The Free Visa Offered by Nicaragua to Cuba and Belarus Opens the Door to ‘Undesirables’

The latest countries to which Ortega has granted a free visa, with marked political interest, have been Cuba, Belarus and Kazakhstan. (EFE)

14ymedio bigger14ymedio, Havana, 31 August 2023 — Nicaragua and Belarus agreed to establish the free visa reciprocity, a gesture that consolidates the alliance that both regimes have been strengthening for months. The agreement, signed this July and announced on August 22 by the Nicaraguan press, has aroused criticism from citizens and opponents of the Government of Daniel Ortega, who fear the entry into the country of “undesirable” visitors.

An expert in international relations, quoted anonymously by the newspaper La Prensa, described the resolution as “illegal” and pointed out that mismanagement of trafficking between countries with “political instability” could not only “cover up illegal migration to third countries – an experience that Nicaragua had with the stampede of migrants from Cuba – but also “the transit of drug traffickers and terrorists.”

The newspaper recalled that the last countries to which Ortega  granted a free visa have been Cuba and Kazakhstan, societies that live “under authoritarian regimes like Nicaragua,” and that are far from generating beneficial tourism for the Central American nation.

“The free visa aims to facilitate the transit of citizens of a country for tourist, business or family purposes.” However, the sources consulted by La Prensa say that the reasons for the Ortega regime point to the political and economic benefits it can obtain from its allies.

The alliance between Nicaragua and Belarus has been justified before the press with numerous cooperation projects

“From a perspective of rapprochement with the Caribbean,” it would make sense for Nicaragua to soften immigration controls for Cuban travelers, Nicaraguan political scientist Félix Maradiaga explains to the media. However, taking into account the inability of Cubans to “save money and travel abroad,” as well as their low wages, it’s obvious that the rapprochement is thanks to “the ideological affinity with the Cuban regime,” he says.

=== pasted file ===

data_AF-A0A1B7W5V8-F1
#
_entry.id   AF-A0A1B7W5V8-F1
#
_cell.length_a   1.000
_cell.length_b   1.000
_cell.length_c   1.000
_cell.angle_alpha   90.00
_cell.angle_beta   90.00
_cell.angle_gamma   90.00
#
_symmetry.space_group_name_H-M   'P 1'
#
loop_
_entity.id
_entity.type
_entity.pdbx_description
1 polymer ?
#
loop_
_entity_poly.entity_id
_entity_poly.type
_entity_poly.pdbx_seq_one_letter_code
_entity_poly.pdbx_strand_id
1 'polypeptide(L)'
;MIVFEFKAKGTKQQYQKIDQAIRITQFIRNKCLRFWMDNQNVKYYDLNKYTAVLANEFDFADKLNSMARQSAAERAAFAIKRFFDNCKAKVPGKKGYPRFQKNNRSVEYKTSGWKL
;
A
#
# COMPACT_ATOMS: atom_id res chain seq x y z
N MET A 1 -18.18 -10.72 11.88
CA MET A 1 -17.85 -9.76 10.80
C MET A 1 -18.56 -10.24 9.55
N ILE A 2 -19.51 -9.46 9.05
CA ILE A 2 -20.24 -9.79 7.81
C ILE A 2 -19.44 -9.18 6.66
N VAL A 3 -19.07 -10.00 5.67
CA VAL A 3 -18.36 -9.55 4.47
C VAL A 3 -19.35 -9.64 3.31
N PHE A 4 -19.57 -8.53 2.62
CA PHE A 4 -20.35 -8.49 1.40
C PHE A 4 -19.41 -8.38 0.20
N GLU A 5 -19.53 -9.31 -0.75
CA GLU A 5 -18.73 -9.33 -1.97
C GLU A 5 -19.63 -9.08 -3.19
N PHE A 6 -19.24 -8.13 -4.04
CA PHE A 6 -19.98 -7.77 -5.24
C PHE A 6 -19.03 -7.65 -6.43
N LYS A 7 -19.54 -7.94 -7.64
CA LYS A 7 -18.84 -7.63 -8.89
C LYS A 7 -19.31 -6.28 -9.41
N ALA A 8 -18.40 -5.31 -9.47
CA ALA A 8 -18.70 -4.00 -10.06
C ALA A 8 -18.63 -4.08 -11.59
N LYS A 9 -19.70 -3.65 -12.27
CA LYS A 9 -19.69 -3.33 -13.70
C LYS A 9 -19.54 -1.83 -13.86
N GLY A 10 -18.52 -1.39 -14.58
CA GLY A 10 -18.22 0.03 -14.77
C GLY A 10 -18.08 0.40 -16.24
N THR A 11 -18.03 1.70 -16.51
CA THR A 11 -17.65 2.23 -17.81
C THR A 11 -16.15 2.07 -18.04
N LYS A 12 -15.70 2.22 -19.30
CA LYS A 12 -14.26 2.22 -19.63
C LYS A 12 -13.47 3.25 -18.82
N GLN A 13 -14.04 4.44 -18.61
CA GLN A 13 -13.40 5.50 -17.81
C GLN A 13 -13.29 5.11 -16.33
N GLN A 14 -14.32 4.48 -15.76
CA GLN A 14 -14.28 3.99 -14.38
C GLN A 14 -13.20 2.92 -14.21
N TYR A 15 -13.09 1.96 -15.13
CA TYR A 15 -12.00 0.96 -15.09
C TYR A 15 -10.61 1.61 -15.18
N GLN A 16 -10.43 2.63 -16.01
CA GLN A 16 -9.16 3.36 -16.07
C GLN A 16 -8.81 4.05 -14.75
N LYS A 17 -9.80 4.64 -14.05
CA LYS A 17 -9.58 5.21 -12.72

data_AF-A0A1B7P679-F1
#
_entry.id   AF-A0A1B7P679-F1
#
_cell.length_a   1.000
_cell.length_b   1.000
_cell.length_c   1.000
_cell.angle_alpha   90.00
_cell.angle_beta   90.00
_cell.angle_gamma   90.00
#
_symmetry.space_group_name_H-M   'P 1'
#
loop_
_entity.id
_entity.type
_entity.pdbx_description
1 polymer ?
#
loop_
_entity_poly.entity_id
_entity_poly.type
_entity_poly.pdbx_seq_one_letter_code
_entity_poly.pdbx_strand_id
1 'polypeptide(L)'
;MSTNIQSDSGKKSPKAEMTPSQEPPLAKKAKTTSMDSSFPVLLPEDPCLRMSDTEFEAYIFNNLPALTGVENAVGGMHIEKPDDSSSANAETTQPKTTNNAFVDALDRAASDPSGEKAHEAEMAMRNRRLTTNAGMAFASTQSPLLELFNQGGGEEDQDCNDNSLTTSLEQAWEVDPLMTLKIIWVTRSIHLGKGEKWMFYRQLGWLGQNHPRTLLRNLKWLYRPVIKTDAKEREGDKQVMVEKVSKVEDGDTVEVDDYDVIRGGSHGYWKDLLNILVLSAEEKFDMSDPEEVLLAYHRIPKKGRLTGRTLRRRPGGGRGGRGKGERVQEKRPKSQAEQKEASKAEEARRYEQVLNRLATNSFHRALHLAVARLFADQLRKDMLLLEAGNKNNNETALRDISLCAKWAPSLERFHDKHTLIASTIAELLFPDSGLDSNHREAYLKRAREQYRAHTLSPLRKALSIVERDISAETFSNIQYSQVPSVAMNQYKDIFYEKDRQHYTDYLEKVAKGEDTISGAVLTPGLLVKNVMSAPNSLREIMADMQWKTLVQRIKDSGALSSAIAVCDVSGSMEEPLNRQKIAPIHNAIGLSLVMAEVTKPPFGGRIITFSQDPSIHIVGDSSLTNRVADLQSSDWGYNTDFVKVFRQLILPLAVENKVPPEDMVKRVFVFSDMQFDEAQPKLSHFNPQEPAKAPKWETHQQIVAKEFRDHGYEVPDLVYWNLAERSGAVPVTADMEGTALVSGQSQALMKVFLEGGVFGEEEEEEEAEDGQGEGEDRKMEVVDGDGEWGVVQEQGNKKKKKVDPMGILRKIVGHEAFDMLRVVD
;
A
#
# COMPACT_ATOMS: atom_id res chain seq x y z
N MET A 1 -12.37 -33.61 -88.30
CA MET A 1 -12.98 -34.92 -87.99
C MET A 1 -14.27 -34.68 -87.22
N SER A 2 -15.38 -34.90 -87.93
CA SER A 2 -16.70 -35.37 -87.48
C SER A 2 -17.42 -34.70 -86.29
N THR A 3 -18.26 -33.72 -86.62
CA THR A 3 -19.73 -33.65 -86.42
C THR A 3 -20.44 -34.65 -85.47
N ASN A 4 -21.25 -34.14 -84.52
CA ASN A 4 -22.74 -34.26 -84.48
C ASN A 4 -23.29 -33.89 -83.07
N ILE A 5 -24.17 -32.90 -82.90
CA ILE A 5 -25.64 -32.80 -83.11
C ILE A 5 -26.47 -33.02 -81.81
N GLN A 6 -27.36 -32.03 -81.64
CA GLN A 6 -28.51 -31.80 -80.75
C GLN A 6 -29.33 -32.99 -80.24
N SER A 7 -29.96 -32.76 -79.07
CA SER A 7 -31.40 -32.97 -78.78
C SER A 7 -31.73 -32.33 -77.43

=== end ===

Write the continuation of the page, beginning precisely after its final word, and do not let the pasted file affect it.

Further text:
In the case of Belarus, “a satellite state” that responds to the interests of Russia, the free visa is “even less justifiable,” said Maradiaga, who fears that Nicaragua will become involved in the Russian invasion of Ukraine.

The alliance between Nicaragua and the European country has been justified to the press by the numerous cooperation projects in which Belarus pledged to provide machinery for the agricultural sector and credit for the purchase of urban transport and construction equipment.

Ortega’s opponents, for their part, allege that it is a strategy to ensure the support of the Nicaraguan government for Russia in its campaign, a method that has also been used in Cuba, which receives perks from Vladimir Putin’s regime in exchange for offering him international support.

At the summit between the Community of Latin American and Caribbean States and the European Union, held in Brussels in mid-July, Nicaragua refused to sign a declaration against the war in Ukraine, as did Cuba. Both countries, with the support of Venezuela, prevented the Ukrainian president, Volodymyr Zelensky, from attending the event.

Translated by Regina Anavy


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